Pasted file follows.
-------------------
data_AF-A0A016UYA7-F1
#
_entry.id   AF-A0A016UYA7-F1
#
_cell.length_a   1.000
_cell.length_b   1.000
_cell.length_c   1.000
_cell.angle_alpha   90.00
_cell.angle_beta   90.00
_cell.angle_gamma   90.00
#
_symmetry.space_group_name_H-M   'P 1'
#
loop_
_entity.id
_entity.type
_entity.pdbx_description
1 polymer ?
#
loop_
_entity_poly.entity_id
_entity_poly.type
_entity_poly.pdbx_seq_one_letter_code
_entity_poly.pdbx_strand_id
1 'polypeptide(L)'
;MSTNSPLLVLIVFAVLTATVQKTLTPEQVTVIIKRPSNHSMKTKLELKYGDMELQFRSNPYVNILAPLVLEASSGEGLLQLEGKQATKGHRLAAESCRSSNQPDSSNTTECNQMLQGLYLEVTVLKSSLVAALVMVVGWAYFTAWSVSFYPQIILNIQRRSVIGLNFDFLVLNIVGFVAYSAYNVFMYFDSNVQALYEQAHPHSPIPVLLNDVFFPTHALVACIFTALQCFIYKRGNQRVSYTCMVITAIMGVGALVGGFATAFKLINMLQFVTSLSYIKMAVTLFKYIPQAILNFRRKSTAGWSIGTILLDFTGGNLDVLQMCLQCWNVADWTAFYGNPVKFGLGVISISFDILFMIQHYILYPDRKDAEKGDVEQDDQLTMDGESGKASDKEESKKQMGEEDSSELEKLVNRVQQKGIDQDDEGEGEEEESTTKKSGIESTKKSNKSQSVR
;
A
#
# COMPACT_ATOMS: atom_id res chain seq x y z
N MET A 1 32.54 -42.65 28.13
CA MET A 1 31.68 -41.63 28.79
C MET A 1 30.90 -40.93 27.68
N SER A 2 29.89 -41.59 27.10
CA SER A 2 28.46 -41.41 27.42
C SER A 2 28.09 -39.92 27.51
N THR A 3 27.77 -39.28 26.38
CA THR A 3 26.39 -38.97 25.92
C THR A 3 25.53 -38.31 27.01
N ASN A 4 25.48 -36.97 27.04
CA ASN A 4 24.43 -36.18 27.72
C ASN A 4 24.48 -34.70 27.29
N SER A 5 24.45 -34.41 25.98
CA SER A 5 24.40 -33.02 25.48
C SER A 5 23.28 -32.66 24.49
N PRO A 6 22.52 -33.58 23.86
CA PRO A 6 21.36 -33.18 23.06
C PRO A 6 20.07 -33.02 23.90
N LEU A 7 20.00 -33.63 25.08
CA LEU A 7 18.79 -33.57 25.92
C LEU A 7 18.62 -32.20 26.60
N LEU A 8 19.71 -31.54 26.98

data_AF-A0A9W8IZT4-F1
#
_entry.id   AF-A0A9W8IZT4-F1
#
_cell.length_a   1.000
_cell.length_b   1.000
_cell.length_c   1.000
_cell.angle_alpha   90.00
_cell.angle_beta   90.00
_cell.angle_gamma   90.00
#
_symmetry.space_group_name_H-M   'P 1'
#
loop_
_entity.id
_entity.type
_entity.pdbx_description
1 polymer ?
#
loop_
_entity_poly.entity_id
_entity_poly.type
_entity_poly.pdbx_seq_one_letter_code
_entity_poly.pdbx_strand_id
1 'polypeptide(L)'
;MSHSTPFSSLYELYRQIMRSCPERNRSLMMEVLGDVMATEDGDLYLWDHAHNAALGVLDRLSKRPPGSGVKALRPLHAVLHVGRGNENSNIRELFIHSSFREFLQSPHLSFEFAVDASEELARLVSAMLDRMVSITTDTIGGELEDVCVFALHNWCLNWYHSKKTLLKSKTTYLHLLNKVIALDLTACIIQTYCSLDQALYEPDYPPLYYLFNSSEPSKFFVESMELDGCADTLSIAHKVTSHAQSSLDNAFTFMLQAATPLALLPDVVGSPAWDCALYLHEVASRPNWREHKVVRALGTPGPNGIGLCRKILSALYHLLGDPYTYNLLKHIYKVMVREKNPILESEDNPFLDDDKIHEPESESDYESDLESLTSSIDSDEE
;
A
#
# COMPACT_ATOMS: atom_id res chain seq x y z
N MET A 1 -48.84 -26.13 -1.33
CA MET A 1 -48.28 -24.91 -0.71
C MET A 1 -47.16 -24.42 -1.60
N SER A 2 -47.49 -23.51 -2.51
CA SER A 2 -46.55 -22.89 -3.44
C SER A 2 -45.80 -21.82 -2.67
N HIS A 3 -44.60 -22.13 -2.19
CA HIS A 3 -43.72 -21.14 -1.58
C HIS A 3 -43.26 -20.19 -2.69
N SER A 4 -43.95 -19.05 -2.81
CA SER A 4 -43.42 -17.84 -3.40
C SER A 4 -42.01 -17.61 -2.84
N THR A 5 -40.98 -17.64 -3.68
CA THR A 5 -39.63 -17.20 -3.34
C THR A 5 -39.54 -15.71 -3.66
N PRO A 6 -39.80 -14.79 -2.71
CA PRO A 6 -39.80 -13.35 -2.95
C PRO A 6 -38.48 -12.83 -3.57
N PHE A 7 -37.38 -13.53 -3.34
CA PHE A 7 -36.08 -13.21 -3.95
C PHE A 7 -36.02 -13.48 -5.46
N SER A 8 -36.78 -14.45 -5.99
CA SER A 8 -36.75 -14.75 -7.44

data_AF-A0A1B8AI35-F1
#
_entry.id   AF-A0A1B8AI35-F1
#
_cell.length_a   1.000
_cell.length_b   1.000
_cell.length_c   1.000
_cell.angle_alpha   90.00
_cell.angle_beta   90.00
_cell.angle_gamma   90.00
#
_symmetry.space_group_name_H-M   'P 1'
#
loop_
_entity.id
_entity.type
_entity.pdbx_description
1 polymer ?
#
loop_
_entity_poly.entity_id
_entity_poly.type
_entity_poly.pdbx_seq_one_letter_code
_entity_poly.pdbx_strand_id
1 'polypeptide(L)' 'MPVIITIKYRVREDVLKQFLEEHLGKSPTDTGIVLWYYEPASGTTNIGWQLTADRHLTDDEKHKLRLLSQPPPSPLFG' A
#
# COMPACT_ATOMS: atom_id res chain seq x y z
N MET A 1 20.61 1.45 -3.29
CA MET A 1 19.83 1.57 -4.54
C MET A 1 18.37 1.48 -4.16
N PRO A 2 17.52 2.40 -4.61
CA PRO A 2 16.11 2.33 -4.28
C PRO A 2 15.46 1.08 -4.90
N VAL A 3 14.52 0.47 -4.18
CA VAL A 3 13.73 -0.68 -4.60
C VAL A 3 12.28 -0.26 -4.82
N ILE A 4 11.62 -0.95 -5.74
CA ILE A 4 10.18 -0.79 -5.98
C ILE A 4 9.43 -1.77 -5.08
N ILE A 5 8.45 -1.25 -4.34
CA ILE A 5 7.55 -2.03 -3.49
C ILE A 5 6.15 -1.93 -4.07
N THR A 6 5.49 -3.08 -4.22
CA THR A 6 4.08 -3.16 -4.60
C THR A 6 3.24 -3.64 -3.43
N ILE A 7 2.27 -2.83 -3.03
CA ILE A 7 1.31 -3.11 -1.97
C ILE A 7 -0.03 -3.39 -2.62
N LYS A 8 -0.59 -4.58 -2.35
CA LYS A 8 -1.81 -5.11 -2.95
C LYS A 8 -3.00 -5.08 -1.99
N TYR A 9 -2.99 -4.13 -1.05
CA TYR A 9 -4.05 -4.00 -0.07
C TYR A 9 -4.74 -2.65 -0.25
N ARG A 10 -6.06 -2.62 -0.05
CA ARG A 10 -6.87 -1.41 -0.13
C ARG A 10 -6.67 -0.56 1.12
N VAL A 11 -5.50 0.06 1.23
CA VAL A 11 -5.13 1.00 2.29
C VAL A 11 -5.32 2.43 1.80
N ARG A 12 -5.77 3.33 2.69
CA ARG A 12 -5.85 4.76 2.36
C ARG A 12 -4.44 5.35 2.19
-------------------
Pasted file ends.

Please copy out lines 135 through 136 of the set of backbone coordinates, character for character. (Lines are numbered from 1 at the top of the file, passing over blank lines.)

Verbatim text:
C MET A 1 18.37 1.48 -4.16
N PRO A 2 17.52 2.40 -4.61